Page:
Did you know that gardening helps to reduce stress, improves self-confidence, and eases depression?
You don’t even have to have a big backyard or a green thumb to reap the many benefits of gardening. Whether you grow flowers, herbs, fruits, or vegetables, the beneficial effects will be the same.
A quote from Essentials Definitions of Gardeners and Gardening, compiled by Michael P. Garofalo, M.S., called “Gardening – Therapy for Mind, Body and Soul” from the Proxima Health System in Atlanta, explains the impact of plants in this way:
“Why do plants have such a positive impact on us? There are a number of reasons including:
- They have a predictable cycle of life that provides comfort in our time of rapid change.
- They are responsive but non-threatening.
- They form no opinions or judgment about their caregivers.
- They soften our man-made environment.
- They enable us to change or improve our environment.
- They promote relaxation and tranquility.”
The Benefits of Gardening
Studies have shown that spending time in nature has a healing effect on the brain. Watching the ocean waves, walking in the woods, or planting a flower makes us feel good while lowering blood pressure and reducing stress levels. For an individual suffering from a drug or alcohol addiction, gardening provides a way to spend time outside, get exercise, and promote feelings of well-being. It is an enjoyable and meaningful activity that provides a feeling of purpose and helps to develop a balanced lifestyle.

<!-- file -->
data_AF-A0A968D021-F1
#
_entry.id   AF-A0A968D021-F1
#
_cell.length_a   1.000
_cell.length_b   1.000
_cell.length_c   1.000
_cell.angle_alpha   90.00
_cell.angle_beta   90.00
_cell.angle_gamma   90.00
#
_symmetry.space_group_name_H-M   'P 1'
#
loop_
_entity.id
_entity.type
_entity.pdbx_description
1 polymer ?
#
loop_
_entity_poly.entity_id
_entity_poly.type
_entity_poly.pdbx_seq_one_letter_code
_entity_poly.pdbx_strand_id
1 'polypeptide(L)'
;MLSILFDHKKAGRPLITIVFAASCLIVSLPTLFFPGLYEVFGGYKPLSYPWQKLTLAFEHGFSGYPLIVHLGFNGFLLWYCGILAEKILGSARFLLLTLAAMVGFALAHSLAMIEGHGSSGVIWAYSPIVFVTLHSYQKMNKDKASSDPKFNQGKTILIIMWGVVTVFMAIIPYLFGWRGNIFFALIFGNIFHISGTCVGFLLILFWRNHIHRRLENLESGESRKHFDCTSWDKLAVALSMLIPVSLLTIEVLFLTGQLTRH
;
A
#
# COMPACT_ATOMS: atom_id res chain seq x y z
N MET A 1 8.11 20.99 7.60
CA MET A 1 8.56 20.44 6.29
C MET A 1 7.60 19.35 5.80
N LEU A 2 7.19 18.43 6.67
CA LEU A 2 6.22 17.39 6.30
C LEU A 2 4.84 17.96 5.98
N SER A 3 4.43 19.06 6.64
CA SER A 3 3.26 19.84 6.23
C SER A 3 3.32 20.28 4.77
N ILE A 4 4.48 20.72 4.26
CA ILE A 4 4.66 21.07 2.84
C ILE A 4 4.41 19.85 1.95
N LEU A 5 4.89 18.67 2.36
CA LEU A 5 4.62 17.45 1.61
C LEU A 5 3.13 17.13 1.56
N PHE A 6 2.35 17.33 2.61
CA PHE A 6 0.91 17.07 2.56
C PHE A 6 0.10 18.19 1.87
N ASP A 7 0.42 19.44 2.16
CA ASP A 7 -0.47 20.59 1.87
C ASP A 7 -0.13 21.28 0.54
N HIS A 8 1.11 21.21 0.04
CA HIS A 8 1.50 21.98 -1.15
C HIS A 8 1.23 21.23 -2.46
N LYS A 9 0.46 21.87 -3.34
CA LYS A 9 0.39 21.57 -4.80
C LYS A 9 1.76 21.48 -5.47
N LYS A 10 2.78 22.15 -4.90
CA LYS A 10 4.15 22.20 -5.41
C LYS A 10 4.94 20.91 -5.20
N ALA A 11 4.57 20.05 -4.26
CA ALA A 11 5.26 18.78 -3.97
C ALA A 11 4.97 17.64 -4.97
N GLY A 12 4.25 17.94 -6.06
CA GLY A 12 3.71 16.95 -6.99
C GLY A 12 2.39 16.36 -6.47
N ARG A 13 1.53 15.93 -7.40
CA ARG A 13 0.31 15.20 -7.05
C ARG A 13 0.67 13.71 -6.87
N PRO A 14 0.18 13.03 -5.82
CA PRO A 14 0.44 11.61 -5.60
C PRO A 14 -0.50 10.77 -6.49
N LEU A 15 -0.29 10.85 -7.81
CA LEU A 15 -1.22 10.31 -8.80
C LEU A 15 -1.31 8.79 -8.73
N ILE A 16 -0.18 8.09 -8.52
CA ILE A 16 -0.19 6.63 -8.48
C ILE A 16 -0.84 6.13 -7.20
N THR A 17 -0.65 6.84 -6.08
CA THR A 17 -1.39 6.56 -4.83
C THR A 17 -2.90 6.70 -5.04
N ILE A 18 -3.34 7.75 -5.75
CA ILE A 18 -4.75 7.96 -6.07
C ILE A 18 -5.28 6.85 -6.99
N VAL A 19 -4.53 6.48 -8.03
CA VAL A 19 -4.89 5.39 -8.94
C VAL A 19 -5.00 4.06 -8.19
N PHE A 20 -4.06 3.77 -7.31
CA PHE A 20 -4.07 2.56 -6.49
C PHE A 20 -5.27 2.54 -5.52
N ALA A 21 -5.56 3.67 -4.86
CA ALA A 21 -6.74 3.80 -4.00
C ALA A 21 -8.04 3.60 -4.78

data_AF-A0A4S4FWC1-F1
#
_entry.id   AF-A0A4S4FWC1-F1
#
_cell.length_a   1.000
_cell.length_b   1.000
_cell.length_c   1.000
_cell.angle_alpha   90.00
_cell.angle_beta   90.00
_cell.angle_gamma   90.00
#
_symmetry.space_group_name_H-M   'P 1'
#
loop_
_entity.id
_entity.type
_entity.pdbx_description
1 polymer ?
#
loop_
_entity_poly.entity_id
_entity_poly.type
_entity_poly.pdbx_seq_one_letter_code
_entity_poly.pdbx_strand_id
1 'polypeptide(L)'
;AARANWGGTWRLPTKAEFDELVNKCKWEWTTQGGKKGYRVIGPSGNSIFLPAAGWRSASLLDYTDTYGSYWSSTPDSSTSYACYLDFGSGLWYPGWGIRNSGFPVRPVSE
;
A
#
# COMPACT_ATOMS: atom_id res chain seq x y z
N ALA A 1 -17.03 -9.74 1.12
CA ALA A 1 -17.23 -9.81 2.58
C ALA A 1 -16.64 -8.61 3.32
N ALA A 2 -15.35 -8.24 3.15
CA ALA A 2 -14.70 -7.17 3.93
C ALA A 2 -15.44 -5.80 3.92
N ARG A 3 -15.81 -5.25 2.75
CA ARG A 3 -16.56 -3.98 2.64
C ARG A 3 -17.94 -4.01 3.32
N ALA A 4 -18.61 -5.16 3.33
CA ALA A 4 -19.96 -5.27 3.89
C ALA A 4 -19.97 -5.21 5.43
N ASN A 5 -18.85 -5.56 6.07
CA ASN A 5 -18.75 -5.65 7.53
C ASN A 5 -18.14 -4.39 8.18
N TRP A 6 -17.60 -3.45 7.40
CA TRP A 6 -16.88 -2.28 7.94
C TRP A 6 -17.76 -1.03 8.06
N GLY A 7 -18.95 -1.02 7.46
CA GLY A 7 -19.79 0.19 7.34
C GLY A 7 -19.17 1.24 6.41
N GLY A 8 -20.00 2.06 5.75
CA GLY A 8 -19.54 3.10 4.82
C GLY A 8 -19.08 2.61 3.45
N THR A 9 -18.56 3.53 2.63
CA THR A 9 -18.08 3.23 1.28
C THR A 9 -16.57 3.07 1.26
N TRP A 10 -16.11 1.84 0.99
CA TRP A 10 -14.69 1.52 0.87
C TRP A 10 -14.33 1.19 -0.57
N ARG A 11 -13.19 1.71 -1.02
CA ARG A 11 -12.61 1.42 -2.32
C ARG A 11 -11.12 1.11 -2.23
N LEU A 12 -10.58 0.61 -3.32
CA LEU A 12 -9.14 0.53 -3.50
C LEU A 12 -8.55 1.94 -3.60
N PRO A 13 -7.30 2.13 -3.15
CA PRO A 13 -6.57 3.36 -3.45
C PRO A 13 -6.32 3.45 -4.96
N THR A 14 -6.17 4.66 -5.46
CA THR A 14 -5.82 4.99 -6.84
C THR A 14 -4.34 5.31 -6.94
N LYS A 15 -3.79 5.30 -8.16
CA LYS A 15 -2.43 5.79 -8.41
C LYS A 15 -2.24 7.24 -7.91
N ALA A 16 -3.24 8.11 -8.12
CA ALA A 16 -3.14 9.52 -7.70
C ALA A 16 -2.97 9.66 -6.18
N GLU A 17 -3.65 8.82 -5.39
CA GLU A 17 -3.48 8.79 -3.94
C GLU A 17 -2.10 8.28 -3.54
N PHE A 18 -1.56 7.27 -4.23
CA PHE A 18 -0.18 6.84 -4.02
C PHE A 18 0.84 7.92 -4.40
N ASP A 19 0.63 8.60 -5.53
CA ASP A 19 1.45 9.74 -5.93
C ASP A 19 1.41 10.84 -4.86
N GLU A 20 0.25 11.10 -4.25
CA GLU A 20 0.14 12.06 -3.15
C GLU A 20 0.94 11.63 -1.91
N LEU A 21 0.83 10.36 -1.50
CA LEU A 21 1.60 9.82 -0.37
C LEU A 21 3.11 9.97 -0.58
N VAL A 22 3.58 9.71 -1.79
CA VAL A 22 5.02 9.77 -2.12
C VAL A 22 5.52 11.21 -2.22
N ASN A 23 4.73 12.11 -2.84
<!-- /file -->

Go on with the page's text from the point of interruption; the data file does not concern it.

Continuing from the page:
Gardening benefits people emotionally, socially, physically, and spiritually. Just looking at a garden can calm a person, reduce their stress, and recharge their mind. Physically, gardening promotes hand-eye coordination, challenges balance and strength, and improves range of motion and endurance.
Additional benefits of gardening include:
- Improved concentration and enhanced mental functions
- Increased self-esteem and a higher achievement of goals
- Decreased depression and anxiety
- An overall improvement in mood
- A greater sense of control
- Improved immune response
- Lower heart rate
When a person is recovering from a substance abuse addiction, they need to fill the void that is left from cutting off contact with old friends who encouraged destructive habits. For many people, gardening becomes a new hobby that creates a passion for spending time in nature.
Because of its many therapeutic benefits, gardening to promote well-being is rapidly becoming an established form of therapy. According to the Canadian Horticultural Therapy Association (CHTA), “Horticultural therapy uses plants and the natural world to improve the social, spiritual, physical, and emotional well-being of individuals who participate in it.”
Many people think of gardening as planting flowers or vegetables in their backyard. But, there are many other ways people can garden if they don’t have a yard. Here are some ideas for other types of gardens:
- If you live in the city, there may be a community garden you can join. A community garden is a shared green space where members plant flowers and vegetables. Members share the results of their work and have the chance to meet other people that share their passion for gardening.
- Create a vertical garden or a living wall.
- Plant houseplants.
- Make an herb garden on a windowsill.
- If you have a balcony, plant a container garden.
- Ask if you are allowed to plant a garden on the roof.
Choosing the Right Substance Abuse Program
Sowing a seed and watching the plant grow strong over time provides many rewards. Gardening can also be seen as a parallel to the slow and careful journey a person with an addiction travels on the path to their recovery.
Choosing the right substance abuse treatment program is essential for long-term sobriety. Residents at Canyon Vista are provided with a full continuum of care that combines traditional and holistic therapies, nutritional guidance, life skills, and family healing to build the skills to live a healthy and sober life. Contact us today to learn more.